A jury convicted a Queens man Thursday of first-degree murder in the fatal shooting of NYPD Officer Brian Moore.

The Queen's District Attorney's office said the jury deliberated for two hours over two days before convicting Demetrius Blackwell in the death of Moore, 25, who died two days after he was shot in the head on May 2, 2015.

The panel of five men and seven women also found Blackwell, 37, guilty of first-degree attempted murder for shooting at Moore’s partner, Officer Erik Jansen, who was not hurt, and second-degree criminal possession of a weapon.

Blackwell faces a maximum of life in prison without parole. Sentencing is set for Dec. 12.

Many of Moore’s brothers and sisters in blue packed the courtroom as the verdict was read, while a group of court officers stood around Blackwell.

Moore’s father, Raymond Moore, a retired NYPD detective sergeant, nodded his head in approval as the first-degree murder verdict was announced.

Blackwell said, “I love you,” to someone in the courtroom as a court officer escorted him out.

During the trial, Queens prosecutors said Moore was shot after he and Jansen, who were working in the anti-crime unit, became suspicious of Blackwell when they spotted him walking on a Queens Village street.

The plainclothes officers followed Blackwell briefly in their unmarked car, then pulled up to him. Moore identified himself as a police officer and showed his badge, which was hanging around his neck, according to Jansen. Jansen testified that Moore asked Blackwell if he “got something” on him.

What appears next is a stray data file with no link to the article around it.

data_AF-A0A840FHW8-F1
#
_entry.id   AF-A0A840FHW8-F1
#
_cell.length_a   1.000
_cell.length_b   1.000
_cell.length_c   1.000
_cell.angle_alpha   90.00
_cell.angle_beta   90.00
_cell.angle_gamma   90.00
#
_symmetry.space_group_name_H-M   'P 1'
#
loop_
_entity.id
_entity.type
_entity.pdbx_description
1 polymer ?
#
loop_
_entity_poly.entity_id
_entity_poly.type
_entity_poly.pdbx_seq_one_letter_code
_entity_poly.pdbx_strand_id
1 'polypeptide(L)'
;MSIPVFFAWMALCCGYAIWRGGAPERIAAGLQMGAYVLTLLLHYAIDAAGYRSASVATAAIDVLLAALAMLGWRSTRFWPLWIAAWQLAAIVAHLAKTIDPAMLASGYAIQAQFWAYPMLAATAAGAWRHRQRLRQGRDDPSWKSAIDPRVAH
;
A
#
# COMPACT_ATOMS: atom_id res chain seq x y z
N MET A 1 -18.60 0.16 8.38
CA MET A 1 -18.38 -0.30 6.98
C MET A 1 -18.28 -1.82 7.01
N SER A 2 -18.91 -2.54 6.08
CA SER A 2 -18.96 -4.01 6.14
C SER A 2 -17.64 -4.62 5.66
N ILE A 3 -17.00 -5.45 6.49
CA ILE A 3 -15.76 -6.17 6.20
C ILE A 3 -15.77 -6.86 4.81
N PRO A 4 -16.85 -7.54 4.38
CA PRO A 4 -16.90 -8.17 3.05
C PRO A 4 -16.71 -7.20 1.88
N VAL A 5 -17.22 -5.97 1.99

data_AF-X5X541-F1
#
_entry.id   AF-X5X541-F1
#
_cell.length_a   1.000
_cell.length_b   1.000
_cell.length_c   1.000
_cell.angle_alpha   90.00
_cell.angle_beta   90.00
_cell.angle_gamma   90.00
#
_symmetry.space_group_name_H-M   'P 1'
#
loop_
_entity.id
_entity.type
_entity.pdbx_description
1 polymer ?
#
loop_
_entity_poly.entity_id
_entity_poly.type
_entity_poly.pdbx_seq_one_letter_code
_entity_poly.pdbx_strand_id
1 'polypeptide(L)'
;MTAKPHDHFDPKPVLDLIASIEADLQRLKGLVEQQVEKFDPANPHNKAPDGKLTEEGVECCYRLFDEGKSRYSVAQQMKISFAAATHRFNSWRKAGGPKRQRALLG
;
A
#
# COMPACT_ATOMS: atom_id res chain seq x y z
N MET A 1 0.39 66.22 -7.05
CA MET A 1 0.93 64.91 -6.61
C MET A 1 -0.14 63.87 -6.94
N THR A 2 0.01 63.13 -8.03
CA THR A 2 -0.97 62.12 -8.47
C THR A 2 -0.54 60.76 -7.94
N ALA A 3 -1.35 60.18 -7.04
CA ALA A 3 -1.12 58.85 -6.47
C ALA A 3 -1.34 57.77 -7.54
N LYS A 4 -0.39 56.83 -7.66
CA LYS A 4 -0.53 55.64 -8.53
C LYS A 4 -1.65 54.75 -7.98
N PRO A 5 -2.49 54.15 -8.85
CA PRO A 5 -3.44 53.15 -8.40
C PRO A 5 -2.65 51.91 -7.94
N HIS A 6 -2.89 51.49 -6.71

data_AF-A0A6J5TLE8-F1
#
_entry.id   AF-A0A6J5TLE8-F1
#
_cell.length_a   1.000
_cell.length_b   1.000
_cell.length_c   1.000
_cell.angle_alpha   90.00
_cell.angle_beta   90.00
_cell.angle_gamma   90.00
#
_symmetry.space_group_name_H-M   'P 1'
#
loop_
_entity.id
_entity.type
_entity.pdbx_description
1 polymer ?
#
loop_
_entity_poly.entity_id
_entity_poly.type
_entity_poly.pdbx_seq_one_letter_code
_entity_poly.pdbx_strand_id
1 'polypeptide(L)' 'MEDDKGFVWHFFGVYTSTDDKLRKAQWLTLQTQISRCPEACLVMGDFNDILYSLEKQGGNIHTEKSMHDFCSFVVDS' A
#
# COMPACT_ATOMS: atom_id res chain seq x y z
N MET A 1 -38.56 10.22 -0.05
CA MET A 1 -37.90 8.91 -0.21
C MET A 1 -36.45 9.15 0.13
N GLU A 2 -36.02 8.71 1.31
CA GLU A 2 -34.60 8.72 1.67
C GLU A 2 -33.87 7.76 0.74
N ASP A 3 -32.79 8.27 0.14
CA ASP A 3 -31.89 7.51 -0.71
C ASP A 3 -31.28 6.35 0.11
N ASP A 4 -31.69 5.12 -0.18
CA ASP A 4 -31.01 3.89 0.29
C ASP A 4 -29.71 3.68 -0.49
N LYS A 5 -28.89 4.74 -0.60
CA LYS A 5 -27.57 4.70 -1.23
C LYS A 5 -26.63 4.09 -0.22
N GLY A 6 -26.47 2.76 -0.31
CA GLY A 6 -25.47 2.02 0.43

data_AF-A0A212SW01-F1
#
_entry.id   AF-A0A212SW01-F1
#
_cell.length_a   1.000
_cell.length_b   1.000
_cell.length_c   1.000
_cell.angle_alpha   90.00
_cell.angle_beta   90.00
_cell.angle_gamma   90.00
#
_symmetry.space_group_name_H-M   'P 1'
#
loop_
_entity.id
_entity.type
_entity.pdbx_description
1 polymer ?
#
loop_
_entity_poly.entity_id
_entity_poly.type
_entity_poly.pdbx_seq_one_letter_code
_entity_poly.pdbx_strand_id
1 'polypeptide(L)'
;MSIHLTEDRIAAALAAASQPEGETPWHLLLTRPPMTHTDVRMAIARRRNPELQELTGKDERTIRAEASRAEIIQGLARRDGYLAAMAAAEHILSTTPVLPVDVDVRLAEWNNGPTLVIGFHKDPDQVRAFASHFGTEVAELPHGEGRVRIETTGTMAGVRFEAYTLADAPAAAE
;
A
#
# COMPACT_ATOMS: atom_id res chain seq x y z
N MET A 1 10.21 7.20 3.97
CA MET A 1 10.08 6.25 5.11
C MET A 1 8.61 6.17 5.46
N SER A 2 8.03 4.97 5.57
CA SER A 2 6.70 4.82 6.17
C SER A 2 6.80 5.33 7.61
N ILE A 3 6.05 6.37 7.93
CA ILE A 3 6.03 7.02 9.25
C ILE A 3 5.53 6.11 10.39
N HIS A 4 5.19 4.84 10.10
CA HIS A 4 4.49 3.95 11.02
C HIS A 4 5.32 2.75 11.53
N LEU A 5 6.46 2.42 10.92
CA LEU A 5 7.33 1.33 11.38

Jansen told jurors that Blackwell responded: “Yeah. I got something.”

Within seconds, the officer said, Blackwell pulled out a handgun and fired at Moore twice, striking him once in the head. The second bullet hit the police car and a fragment of the bullet struck Moore in the face. Jansen said a third round was fired at him, but missed him.

After the verdict, Moore’s parents spoke at a news conference on the courthouse steps.

“At the end of the day I did lose my son,” said his mother, Irene Moore. “At the end of the day there was justice done for Brian’s killing, but it is a hole, and it is a void that will never, ever be filled. And, I hope that this never happens to anyone else.”

Raymond Moore called the outcome “a good verdict,” but added: “Brian is still not going to be there in my house when I get home.”

The grieving father said if he could speak to Blackwell, he’d use the same phrase that Blackwell reportedly said to his son before firing the fatal shot.

“I’d like to walk up to him and tell him, ‘Yeah. I got something’ for you, and put two bullets in his head,” he said.

Blackwell’s attorney, David Bart of Flushing, had told jurors that his client was paranoid and was not in control of his actions at the time of the shooting. The jury had considered whether Blackwell was acting under extreme emotional distress at the time of the shooting, but rejected that defense.

Queens Executive Assistant District Attorney Daniel Saunders said the case was complicated and included dense testimony, but judging from the speed of the verdict, he said, jurors understood it.

“Their resounding verdict, and embracing the testimony, especially of the surviving partner, Jansen, sends a message, I hope, that there are severe consequences to the murder of a New York City police officer,” Saunders said. “And hopefully every police officer in the city of New York is a little safer by virtue of their verdict today.”